Tuesday, September 18, 2007

An Inconvenient Bug

Sometimes when you travel, you pick up a free souvenir that you could definitely do without. This little present is microscopic, but let's it's presence be known at the most in opportune of times. I am talking about an inconvenient bug a.k.a food poisoning, food borne illness, non stop vomiting and the runs. You get my drift. I am quite proud to boast a UN assembly of bacteria and viruses, peacefully (most of the time) co-habiting in my intestinal system. However, this does not mean that I am immune to sickness. There are times that one bug will assemble an army so large that it can literally reduce me, a grown human, to be on my knees, hugging a cold toilet for comfort.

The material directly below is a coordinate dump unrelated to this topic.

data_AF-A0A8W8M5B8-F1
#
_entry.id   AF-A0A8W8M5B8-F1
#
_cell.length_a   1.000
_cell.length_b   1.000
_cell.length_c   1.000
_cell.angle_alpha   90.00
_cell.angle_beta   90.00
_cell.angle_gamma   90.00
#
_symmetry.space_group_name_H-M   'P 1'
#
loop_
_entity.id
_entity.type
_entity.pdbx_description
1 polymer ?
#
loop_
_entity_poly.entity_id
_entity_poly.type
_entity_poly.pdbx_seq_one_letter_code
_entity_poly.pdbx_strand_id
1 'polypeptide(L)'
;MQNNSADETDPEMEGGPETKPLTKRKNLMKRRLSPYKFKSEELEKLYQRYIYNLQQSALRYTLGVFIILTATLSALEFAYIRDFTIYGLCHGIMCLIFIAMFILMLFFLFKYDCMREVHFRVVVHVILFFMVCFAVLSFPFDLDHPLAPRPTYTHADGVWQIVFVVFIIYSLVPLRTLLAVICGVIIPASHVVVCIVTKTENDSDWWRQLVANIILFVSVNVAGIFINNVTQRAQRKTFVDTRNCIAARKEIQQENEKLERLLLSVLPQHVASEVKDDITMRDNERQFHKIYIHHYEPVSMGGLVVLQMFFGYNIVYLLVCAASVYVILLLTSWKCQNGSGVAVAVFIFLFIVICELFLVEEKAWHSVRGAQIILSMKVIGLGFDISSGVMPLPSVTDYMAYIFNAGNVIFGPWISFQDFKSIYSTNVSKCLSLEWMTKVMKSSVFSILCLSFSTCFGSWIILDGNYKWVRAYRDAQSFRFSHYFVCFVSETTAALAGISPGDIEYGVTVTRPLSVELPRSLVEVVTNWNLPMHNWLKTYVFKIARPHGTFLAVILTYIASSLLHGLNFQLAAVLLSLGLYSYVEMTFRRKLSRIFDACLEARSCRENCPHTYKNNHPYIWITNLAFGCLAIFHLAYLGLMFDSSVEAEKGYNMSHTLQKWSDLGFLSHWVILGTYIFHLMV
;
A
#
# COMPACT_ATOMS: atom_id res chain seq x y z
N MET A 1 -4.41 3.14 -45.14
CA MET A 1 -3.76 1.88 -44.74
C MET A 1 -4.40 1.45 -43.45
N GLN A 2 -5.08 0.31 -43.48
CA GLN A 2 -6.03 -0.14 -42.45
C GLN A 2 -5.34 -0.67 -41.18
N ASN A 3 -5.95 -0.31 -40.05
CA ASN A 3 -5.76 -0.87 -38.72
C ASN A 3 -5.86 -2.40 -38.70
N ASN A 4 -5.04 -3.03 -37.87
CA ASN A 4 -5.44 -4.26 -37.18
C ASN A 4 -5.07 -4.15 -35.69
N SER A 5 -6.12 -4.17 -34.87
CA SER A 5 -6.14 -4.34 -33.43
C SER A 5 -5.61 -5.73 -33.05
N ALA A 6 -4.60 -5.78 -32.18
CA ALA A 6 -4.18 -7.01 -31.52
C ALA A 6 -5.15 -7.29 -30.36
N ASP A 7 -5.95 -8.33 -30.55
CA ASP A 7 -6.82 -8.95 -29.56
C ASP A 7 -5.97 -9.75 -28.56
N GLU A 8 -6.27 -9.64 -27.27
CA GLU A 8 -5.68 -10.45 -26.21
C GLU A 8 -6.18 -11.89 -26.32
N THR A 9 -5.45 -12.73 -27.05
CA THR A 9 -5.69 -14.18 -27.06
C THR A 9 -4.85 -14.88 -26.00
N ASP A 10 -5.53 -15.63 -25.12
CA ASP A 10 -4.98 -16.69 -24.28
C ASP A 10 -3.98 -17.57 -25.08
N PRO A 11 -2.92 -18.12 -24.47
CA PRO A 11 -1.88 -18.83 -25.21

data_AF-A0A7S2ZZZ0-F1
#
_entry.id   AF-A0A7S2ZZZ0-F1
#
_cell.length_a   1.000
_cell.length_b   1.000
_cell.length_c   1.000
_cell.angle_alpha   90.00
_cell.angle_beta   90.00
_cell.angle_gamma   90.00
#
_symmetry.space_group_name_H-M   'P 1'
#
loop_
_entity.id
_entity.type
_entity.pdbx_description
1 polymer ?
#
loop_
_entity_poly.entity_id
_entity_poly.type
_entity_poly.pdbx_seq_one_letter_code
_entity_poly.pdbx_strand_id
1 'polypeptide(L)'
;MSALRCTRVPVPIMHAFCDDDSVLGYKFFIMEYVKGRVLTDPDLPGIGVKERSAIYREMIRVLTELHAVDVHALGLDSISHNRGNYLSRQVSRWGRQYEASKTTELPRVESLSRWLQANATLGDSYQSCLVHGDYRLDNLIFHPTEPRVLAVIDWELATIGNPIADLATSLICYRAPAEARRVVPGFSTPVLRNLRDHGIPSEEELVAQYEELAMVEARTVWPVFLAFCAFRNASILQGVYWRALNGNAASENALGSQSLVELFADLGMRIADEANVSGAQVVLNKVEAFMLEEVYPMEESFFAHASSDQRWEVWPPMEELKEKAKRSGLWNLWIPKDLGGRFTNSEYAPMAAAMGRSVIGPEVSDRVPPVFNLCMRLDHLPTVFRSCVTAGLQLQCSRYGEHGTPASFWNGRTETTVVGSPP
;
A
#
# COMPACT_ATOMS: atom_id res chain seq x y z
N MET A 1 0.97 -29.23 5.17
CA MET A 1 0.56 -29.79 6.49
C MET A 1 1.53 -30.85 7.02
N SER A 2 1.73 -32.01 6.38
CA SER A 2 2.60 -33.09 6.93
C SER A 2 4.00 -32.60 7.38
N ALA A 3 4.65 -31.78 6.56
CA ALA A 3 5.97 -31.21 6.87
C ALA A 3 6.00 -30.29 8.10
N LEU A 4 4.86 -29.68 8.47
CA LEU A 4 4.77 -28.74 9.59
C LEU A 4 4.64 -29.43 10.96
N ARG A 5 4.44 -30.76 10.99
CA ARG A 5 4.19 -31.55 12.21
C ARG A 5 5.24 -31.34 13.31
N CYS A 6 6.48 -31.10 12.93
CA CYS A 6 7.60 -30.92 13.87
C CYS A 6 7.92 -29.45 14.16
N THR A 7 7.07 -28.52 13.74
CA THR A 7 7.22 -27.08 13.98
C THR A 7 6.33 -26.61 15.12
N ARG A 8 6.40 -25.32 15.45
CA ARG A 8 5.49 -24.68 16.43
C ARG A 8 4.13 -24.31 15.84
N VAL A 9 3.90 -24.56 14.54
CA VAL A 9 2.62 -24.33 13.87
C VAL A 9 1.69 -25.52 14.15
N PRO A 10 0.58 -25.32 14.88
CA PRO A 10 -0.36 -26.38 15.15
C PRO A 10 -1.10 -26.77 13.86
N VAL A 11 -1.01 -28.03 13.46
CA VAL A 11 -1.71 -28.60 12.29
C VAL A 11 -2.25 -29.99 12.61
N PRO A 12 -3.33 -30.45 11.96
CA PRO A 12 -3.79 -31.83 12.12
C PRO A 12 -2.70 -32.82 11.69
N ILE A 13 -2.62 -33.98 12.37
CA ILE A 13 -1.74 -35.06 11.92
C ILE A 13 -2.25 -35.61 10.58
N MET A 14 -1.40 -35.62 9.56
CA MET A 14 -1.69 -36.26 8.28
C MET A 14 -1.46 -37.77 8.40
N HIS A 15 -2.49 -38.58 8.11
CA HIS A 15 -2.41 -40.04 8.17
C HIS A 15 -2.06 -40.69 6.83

My first experience with food borne illness that I can recall, happened 3 years ago in Thailand. I was heading back from Chang Mai to Bangkok on 12 hr train ride at night. Earlier that day, I had taken a Thai cooking course, and I thought it was a bit strange that I hadn't washed my hands, in fact, nobody had washed their hands in my class. Oh well, we happily consumed a 6 course meal without much thought. Until later on that night., at about 11pm on the train, I started to feel a bit ill, and very warm. I got down from my bunk and headed for the washroom. There I broke out into a sweat and felt the nausea crawl up my throat. With one hand I held on to the rocking side of the train to steady myself, as I emptied the contents of my stomach. I stumbled all the way down the corridor back to my bunk to lie down. I cannot imagine a worse place to be sick than on a rocking train, except maybe going a merry go round or a roller coaster. Every 20 minutes I would have to climb down from my bunk and walk down the corridor to throw up. To make things worse, I started to sweat orange on my clothes, as my body rejected the fake tanner I had put on the day before. ( I was embarrassed to come home white after 3 months of travel, so I applied a fake tanner). I decided to give up on cleanliness and opt for practicality, and sat outside the bathroom door. At this point one of the train conductors was rightly concerned. He asked me in broken English, if it was a baby. I said “No Baby…Food poisoning” So he produced charcoal of some sorts and I took it because nothing could be worse then what I felt. He also offered me his make shift bed that he was resting on, right across from the bathroom, and I gratefully took it. I arrived at Bangkok airport exhausted and presumably smelly, and then I took a flight to Malaysia where I fell asleep as soon as I sat in my chair on the plane.